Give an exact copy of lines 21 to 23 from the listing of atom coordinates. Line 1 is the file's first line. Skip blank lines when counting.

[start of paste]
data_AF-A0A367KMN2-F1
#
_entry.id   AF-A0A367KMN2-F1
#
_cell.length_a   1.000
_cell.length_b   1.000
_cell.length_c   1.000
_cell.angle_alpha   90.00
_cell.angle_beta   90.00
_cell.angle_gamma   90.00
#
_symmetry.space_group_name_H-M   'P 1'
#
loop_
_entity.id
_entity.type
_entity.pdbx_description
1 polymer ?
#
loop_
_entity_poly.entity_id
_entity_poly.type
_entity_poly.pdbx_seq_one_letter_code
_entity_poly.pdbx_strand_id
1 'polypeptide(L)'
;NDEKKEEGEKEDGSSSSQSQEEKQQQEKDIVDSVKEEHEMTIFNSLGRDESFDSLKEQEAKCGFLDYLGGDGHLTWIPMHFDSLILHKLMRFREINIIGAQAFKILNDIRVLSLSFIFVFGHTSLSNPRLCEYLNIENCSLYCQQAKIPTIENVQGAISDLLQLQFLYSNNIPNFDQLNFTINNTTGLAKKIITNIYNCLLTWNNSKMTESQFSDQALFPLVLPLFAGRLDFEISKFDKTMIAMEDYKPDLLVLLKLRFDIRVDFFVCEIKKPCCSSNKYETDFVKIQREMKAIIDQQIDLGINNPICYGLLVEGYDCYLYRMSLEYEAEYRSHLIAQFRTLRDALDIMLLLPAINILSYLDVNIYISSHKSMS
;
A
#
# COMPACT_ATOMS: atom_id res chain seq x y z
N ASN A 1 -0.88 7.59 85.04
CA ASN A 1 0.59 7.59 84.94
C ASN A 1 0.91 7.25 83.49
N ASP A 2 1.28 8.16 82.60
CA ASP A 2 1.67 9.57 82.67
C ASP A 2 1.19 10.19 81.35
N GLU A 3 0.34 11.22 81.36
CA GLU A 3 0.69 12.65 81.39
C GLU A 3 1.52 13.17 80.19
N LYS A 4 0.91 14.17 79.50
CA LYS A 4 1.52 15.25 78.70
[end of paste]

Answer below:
_entity_poly.entity_id
_entity_poly.type
_entity_poly.pdbx_seq_one_letter_code